In real estate, it may be “location, location, location” but in the blogosphere it’s “content, content, content.” You’re not writing just to hear yourself think or see words on the screen. You want audience. You want followers. You want people who have you on their Favorites list and click on your link every morning to see if you’ve posted anything new. So here are ten simple rules for attracting an audience and getting them to come back for more. First, the dos:
- Do make it entertaining. Your readers already know you’re a Realtor and your primary purpose is to sell property. It’s an old cliché that people want to buy but they hate to be sold. So stop selling and give your readers something fun and interesting that will add value to their day. You might post a funny poster or photo, a checklist of what to do before a home inspection, or a menu from that hot new Italian restaurant. Grow your audience and your sales will follow.
- Do make it personal. We’re talking about relationship-building here. You want your first-time reader to “like” you (and not in the Facebook sense). You want to be someone they’d like to grab a cup of coffee with. If you already have a following, then you want them to feel comfortable and at home, ready to relax and chat for a minute. Become a pleasurable habit, like that little nibble of dark chocolate after dinner. Let your personality shine through your writing. Imagine sitting around a table chatting with friends. Tell them what’s on your mind.
- Do be an authority. Building a relationship with your readers is all-important, of course. But once you’ve done that (or even while you’re doing that), they must feel confident that you know what you’re talking about. You are THE subject matter expert when it comes to short sales, or lakefront lots, or whatever your niche happens to be. Drop nuggets of valuable information at least once in every post.
- Do make it sound good. One quick way to determine if your copy is readable: read it out loud before you publish it. Even experienced writers use this trick to make sure their writing flows, that it’s not wordy or repetitive, and that it holds the reader’s interest. If you can read it aloud to someone else—even better. Honest critique can go a long way toward refining your writing style.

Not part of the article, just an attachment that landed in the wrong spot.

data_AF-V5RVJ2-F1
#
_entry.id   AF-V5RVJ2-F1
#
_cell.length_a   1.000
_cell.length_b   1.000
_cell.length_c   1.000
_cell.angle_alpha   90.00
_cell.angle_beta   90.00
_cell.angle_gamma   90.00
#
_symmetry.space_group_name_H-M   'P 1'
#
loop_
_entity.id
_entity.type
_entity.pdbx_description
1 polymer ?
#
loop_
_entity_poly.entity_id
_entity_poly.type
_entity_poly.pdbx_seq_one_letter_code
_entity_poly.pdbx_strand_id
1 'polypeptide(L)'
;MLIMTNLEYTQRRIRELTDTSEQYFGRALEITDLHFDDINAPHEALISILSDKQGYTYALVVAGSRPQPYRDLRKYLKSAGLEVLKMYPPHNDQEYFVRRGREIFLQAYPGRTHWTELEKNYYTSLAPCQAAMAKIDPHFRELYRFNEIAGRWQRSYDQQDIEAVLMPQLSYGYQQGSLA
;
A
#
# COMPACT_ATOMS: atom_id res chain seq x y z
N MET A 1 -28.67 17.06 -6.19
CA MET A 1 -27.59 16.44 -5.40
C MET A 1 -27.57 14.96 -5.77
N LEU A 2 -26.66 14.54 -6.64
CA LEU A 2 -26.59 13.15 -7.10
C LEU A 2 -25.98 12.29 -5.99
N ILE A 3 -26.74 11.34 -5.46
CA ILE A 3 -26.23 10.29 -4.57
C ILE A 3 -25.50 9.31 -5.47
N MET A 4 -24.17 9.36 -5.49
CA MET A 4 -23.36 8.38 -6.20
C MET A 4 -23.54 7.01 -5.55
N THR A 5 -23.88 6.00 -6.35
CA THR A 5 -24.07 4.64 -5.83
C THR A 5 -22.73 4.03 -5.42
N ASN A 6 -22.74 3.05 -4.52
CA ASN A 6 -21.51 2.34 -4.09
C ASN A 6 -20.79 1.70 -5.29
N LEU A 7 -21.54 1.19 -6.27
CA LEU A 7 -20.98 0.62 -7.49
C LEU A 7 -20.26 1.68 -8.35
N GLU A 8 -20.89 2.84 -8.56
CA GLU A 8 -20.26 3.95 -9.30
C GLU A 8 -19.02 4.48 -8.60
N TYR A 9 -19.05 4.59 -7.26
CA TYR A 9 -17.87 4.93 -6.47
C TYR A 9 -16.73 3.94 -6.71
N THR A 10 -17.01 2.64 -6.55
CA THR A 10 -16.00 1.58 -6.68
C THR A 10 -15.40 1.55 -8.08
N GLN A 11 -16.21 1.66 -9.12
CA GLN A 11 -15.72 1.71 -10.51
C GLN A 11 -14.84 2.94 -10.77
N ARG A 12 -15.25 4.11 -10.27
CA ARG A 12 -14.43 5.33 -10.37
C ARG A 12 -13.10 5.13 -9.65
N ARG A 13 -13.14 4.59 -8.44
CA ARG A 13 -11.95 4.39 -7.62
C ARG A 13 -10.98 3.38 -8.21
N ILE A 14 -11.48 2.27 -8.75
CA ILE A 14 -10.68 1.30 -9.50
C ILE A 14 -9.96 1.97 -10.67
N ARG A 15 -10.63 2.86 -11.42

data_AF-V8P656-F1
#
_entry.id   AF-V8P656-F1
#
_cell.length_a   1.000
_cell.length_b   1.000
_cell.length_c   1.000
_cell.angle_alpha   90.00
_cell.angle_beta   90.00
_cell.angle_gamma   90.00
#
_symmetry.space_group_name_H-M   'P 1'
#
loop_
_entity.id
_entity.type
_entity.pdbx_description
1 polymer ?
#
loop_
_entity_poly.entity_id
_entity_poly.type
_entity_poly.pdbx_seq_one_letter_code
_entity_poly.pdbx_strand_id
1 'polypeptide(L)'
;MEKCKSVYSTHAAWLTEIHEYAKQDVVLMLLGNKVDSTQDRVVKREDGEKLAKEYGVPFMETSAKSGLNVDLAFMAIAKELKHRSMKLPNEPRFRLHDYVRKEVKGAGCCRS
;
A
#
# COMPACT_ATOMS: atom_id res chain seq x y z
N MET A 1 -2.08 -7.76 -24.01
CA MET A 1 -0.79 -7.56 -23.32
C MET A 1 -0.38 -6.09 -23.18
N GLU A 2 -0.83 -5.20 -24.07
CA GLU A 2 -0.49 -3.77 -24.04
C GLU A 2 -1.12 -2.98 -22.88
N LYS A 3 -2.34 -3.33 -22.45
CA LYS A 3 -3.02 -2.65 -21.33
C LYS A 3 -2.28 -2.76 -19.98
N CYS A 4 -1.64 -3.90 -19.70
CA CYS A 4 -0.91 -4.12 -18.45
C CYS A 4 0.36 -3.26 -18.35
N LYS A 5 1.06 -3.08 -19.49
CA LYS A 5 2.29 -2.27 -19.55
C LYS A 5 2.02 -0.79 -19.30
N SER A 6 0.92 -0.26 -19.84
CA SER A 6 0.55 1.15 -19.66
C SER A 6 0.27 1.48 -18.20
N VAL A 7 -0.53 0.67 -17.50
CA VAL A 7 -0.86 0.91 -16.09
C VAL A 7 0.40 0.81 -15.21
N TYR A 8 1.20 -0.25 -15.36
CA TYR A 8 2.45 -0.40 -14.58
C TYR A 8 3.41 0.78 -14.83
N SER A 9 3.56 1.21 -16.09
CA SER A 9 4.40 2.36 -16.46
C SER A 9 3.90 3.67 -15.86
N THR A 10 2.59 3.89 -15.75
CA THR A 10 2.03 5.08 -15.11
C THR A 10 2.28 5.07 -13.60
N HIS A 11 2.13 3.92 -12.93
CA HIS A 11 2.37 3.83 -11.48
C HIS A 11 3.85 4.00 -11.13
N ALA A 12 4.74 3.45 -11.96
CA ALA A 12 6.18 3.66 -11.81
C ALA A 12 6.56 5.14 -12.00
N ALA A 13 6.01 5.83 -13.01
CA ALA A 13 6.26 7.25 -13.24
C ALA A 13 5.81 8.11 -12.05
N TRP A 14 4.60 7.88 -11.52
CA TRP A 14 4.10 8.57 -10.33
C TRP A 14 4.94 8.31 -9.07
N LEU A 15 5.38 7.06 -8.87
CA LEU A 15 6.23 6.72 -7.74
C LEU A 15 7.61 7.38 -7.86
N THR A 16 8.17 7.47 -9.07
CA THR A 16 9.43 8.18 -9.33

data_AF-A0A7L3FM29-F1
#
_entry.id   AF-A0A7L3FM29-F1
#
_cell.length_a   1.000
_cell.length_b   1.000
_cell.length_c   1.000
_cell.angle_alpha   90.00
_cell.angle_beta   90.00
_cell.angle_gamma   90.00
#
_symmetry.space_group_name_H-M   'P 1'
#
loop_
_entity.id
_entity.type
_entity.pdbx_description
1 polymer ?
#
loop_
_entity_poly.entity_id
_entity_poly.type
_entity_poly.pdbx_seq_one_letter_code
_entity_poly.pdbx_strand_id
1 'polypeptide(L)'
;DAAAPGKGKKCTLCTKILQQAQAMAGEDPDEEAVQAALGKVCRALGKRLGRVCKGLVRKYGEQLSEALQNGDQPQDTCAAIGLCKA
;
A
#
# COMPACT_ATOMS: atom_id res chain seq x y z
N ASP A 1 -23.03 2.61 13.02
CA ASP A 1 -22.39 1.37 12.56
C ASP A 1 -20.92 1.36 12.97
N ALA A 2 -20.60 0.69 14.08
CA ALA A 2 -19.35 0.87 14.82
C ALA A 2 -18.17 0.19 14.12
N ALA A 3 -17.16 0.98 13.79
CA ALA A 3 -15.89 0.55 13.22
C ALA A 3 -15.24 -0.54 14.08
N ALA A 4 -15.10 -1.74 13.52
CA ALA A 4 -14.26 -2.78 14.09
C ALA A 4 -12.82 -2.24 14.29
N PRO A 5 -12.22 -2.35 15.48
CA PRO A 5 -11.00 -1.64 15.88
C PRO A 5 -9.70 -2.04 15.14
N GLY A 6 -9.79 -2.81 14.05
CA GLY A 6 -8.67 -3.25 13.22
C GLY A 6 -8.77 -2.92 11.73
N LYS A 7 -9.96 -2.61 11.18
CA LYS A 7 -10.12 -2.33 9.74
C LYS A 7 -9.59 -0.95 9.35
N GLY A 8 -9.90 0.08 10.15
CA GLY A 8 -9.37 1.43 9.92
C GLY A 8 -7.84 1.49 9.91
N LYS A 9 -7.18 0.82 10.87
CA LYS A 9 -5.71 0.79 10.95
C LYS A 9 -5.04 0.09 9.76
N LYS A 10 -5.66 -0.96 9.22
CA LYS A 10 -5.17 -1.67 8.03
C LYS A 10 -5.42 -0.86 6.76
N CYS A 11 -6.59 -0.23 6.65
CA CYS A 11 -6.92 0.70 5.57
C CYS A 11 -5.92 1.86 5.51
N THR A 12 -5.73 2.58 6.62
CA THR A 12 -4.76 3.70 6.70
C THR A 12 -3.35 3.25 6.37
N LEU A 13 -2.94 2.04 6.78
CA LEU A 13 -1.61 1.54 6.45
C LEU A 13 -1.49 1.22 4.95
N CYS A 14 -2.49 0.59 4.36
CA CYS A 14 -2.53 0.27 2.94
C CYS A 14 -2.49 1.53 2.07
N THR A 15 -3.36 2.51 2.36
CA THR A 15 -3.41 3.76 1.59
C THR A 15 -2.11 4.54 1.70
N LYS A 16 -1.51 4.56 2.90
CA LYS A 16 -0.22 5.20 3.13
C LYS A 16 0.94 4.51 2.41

- Do make it look good. Blogging is a visual medium, so be visually appealing. That starts with your page design. There are plenty of services that offer templates, some designed specifically for Realtors. They’ve been tested and refined, so you don’t need to spend time reinventing the wheel. Illustrations grab the reader’s attention, especially if they have an element of humor or curiosity about them.
And now for the don’ts.
- Don’t be negative. Now there’s an oxymoron for you! What we mean is to reframe everything in the positive wherever possible. For example, instead of saying “Don’t leave clutter and personal items on your counters when you’re getting your house ready to show;” you could say “Box up at least 50% of what’s on your kitchen and bathroom counters before a showing or open house.”
- Don’t be sloppy. I read a blog post just yesterday that blew my mind. It must have lost something between the writing and the posting, because half the words had no spaces between them! After the first paragraph, I gave up trying to figure it out. The guy must have noticed this—it was too obvious. But he didn’t take the time to fix it. Sloppy work does not create followers.
- Don’t skip the proofreading. Most word processing programs have spell check and grammar check functions. Use them. They won’t catch everything, but they will usually capture the worst errors. Learn the rules of good grammar. Know the difference between commonly confused words. For example, “The right to bare arms” has a far different meaning from “The right to bear arms.” Hint: the second one is guaranteed by the constitution; the first is not.
- Don’t be an isolationist. You can’t be a good writer if you’re not a good reader. You don’t come up with bright ideas in a bubble. Read good writing so you develop a sense of style. Skip the National Enquirer in favor of the Wall Street Journal. Go online and see what other bloggers are saying. And write, write, write—it’s the only way to get good.
- And finally, don’t go it alone. If you don’t have time to write, don’t feel you’re a good writer, and don’t necessarily want to become one—find a professional who is and let them take over. We’ll have more about this concept in a near future blog, so stay tuned.
— Richard M. Hartian (@WinningAgent) August 30, 2012
Think these Dos and Don’ts have merit? Tweet them out to your people and see what they have to say.